Being bullied at school may leave a lifetime of emotional suffering for some children. Researchers say that even social environment can change the structure surrounding a gene that's associated with regulating the mood. A person with such changes in the genetic structure may have many mental health complications later in life.

"Many people think that our genes are immutable; however this study suggests that environment, even the social environment, can affect their functioning. This is particularly the case for victimization experiences in childhood, which change not only our stress response but also the functioning of genes involved in mood regulation," said Isabelle Ouellet-Morin, lead author of the study, from the Centre for Studies on Human Stress (CSHS) at the Hôpital Louis-H. Lafontaine.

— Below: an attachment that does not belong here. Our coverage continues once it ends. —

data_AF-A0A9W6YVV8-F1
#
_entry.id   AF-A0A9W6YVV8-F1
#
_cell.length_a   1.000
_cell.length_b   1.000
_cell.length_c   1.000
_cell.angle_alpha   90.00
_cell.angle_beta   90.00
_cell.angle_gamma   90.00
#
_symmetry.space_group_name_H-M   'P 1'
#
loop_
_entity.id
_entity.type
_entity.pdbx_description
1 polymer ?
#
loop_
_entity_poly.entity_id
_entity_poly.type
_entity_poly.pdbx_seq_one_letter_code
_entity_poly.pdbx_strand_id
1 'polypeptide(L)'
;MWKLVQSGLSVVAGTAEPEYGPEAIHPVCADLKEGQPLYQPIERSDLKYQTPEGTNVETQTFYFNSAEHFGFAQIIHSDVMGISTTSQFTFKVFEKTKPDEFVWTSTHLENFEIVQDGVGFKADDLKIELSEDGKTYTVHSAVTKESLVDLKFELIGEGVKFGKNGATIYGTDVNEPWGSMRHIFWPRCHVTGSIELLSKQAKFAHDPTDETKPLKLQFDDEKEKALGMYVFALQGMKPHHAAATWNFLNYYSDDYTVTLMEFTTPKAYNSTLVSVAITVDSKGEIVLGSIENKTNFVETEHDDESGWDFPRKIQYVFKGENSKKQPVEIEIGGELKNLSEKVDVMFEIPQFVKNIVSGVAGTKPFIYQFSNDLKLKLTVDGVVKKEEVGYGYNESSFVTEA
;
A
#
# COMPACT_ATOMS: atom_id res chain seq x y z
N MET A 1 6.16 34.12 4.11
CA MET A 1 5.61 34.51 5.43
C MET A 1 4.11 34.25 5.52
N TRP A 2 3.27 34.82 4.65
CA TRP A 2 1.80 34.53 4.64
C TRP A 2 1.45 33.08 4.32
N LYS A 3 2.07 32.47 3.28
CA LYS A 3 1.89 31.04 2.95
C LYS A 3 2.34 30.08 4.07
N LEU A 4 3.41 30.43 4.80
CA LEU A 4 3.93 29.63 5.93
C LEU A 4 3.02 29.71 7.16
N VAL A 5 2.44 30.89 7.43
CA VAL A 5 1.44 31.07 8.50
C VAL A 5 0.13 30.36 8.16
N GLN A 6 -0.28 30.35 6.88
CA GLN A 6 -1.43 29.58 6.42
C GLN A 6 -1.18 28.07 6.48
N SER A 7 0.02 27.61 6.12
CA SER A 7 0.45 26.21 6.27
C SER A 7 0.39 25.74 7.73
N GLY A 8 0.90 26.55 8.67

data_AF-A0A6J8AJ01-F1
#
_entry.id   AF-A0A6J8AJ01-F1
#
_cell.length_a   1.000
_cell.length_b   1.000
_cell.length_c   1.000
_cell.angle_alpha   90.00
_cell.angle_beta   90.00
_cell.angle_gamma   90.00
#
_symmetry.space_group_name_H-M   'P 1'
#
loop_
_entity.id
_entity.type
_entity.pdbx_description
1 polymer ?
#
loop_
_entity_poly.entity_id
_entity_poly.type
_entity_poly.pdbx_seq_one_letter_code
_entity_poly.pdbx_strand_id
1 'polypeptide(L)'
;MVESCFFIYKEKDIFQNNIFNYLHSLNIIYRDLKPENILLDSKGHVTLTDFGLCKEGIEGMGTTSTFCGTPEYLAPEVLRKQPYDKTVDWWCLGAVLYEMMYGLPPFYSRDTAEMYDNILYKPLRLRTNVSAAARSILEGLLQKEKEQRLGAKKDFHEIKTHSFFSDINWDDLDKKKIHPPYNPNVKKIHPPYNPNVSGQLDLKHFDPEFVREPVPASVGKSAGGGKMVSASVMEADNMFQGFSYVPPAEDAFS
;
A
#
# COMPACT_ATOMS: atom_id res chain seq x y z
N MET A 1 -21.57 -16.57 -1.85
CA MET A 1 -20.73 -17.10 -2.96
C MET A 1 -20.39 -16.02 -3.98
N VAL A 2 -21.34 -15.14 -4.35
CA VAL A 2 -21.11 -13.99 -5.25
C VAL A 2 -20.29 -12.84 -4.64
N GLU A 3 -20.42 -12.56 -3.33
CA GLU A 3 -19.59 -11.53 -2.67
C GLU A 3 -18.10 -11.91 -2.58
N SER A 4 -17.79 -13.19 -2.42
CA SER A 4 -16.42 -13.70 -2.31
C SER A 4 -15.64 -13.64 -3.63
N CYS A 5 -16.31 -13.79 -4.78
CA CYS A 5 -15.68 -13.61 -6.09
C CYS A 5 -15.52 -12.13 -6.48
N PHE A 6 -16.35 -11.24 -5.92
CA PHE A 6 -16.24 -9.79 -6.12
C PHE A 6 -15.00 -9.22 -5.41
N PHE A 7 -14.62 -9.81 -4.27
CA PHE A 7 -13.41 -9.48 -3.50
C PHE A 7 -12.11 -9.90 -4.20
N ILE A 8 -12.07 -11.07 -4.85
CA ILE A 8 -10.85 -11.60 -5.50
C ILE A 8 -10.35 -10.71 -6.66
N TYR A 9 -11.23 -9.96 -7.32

Ouellet-Morin's earlier study found that children who were bullied secreted less cortisol (a stress hormone), but had problems with interacting with people and managing anger.

The current research found that two years before the children show a drop in cortisol secretion, a change occurs in the structure surrounding gene (SERT) that is associated with serotonin, a neurotransmitter that regulates mood and depression.

The study involved 28 pairs of identical twins who were at age 10 at the start of the study. Among the twins, one of them was bullied at school while the other wasn't.

"Since they were identical twins living in the same conditions, changes in the chemical structure surrounding the gene cannot be explained by genetics or family environment. Our results suggest that victimization experiences are the source of these changes," said Ouellet-Morin.

Ouellet-Morin says that future studies may try and find ways to prevent these psychological problems from occurring.